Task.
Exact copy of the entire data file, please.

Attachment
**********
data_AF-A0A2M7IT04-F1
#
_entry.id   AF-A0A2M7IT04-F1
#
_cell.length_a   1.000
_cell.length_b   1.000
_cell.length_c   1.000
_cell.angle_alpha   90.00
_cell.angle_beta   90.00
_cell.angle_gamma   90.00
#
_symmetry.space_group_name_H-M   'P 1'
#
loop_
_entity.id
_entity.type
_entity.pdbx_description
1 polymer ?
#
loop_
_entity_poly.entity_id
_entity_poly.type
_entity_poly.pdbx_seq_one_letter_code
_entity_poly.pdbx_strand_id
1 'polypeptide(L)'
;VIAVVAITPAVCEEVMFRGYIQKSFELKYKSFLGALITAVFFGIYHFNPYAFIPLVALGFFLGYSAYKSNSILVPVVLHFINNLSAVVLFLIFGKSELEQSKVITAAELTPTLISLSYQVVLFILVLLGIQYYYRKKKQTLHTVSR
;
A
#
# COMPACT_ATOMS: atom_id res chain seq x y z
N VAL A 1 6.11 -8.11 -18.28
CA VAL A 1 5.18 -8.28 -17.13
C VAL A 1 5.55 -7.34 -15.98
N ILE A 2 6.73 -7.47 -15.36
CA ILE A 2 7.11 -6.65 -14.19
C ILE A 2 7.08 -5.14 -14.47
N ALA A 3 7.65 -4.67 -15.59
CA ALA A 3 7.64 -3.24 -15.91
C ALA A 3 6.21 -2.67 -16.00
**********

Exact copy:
data_AF-A0A2M7IT04-F1
#
_entry.id   AF-A0A2M7IT04-F1
#
_cell.length_a   1.000
_cell.length_b   1.000
_cell.length_c   1.000
_cell.angle_alpha   90.00
_cell.angle_beta   90.00
_cell.angle_gamma   90.00
#
_symmetry.space_group_name_H-M   'P 1'
#
loop_
_entity.id
_entity.type
_entity.pdbx_description
1 polymer ?
#
loop_
_entity_poly.entity_id
_entity_poly.type
_entity_poly.pdbx_seq_one_letter_code
_entity_poly.pdbx_strand_id
1 'polypeptide(L)'
;VIAVVAITPAVCEEVMFRGYIQKSFELKYKSFLGALITAVFFGIYHFNPYAFIPLVALGFFLGYSAYKSNSILVPVVLHFINNLSAVVLFLIFGKSELEQSKVITAAELTPTLISLSYQVVLFILVLLGIQYYYRKKKQTLHTVSR
;
A
#
# COMPACT_ATOMS: atom_id res chain seq x y z
N VAL A 1 6.11 -8.11 -18.28
CA VAL A 1 5.18 -8.28 -17.13
C VAL A 1 5.55 -7.34 -15.98
N ILE A 2 6.73 -7.47 -15.36
CA ILE A 2 7.11 -6.65 -14.19
C ILE A 2 7.08 -5.14 -14.47
N ALA A 3 7.65 -4.67 -15.59
CA ALA A 3 7.64 -3.24 -15.91
C ALA A 3 6.21 -2.67 -16.00